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Explore This IssueOctober 2013
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A placebo works only if the patient believes it’s an effective medicine. Within strict limits, hope, it seems, can be transformed into biochemistry.
—Carl Sagan, The Demon-Haunted World: Science as a Candle in the Dark
Could a greater miracle take place than for us to look through each other’s eyes for an instant?
—Henry David Thoreau
Making the diagnosis was the easy part. There were so many obvious clues. The limping gait when she entered the exam room, the flaccid handshake, the swollen knuckles. A textbook case of rheumatoid arthritis (RA). Mimi managed an organic farm in southern Vermont. At the outset of her visit, she conveyed her skepticism about the benefits of traditional medicine. She confided that she only kept her appointment with me to placate her older sister, a biomedical engineer.
Mimi’s knowledge of RA was quite impressive. She subscribed to several reliable medical websites and was aware of the treatment paradigms for her disease. We discussed the various options, yet she was hesitant about starting any drug regimen for managing her moderately severe RA. She believed that all drugs used to treat RA were toxic. Though I vehemently disagreed, I could not really blame her. The sheaf of information sheets outlining the potential side effects of the various disease-modifying drugs that I provided Mimi seemed to prove her point. Nausea, hair loss, risk for serious infection, liver inflammation, low blood counts—all were unacceptable risks for her. She was a woman who ran a successful organic farm and believed that there should be a better way for doctors to treat disease than by prescribing “toxins.” She was more interested in hearing about complementary therapies for RA. I explained that the term complementary meant using a non-mainstream approach together with, and not in place of, conventional medicine. Mimi thanked me for my time. She said that she would contact me with her decision, though it was obvious that I failed to convince her to begin any conventional therapy. I was deeply frustrated. Unlike many of the other diseases that we manage, RA is highly treatable, so it was disappointing to see her leave my office without a management plan.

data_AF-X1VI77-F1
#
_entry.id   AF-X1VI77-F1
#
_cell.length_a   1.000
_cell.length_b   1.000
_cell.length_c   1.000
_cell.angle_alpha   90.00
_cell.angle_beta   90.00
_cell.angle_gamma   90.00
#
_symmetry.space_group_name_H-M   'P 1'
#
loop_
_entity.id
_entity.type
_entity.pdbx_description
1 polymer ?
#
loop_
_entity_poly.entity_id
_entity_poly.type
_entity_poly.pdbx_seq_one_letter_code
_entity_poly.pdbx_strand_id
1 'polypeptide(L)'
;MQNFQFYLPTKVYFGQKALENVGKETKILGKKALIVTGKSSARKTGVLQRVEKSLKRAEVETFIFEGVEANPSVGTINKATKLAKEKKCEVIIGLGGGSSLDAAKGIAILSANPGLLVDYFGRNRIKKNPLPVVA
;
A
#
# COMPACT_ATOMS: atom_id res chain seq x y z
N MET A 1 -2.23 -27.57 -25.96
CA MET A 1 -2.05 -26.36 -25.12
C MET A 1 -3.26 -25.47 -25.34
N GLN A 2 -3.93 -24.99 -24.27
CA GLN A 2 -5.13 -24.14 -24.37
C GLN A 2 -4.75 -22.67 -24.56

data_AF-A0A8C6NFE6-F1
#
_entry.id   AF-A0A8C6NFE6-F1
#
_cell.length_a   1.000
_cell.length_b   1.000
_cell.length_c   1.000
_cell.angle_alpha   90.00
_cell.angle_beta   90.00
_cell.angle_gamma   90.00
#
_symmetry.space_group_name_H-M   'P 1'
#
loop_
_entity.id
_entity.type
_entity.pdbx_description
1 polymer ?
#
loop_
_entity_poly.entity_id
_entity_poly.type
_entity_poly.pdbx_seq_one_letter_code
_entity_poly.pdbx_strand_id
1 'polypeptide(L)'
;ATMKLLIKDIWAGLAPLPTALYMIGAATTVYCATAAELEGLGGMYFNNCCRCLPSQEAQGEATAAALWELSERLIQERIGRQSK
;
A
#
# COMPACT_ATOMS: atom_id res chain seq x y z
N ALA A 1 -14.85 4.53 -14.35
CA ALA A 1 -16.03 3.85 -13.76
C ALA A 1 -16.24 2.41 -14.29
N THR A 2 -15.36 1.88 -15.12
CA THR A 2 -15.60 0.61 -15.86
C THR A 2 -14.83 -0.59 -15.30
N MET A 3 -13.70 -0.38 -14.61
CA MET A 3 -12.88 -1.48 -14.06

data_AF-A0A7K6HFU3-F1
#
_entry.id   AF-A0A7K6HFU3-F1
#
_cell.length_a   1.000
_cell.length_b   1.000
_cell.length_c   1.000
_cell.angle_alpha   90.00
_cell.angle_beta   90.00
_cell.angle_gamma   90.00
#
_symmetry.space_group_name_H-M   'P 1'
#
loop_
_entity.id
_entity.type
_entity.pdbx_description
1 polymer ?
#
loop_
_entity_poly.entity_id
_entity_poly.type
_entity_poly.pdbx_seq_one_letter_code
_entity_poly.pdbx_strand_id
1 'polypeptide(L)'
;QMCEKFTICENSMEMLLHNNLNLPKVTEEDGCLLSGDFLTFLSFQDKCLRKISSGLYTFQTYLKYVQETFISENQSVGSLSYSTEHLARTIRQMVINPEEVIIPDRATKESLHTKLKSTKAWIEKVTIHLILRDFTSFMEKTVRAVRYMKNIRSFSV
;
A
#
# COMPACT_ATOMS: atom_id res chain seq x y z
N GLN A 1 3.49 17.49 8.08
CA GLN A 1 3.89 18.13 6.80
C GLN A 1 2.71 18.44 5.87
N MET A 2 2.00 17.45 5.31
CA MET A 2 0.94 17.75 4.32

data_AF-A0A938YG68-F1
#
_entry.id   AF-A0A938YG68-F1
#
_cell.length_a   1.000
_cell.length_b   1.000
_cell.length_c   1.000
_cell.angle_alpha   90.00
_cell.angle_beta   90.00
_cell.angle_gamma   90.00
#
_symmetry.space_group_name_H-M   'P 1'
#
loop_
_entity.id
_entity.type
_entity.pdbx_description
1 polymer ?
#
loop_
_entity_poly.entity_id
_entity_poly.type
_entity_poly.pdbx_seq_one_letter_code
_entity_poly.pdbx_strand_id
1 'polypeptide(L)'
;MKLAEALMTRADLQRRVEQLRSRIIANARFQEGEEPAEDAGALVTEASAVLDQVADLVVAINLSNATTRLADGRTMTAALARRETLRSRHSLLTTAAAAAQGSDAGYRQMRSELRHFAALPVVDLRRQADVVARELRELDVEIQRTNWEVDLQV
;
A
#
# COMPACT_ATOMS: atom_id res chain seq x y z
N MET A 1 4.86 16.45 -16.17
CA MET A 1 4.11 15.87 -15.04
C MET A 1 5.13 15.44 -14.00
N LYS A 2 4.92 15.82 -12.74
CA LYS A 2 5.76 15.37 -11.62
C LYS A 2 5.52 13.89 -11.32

A few months later, much to my surprise, Mimi paid a return visit. Outwardly, she looked the same as she did on her first visit—bright and cheerful—though her joints were still quite boggy and swollen. She told me that she found a “completely natural” herbal supplement online, which she was using to treat her RA. Not only was this supplement extremely effective in reducing joint pain and fatigue, it had no side effects! She felt “like a million bucks.” I was pleased to hear this news, but her persistent joint swelling concerned me. Mimi countered that with, “my hands are doing fine, and I can still do all my chores. So I see no reason to make any changes.” We parted ways. That was the last time I saw Mimi.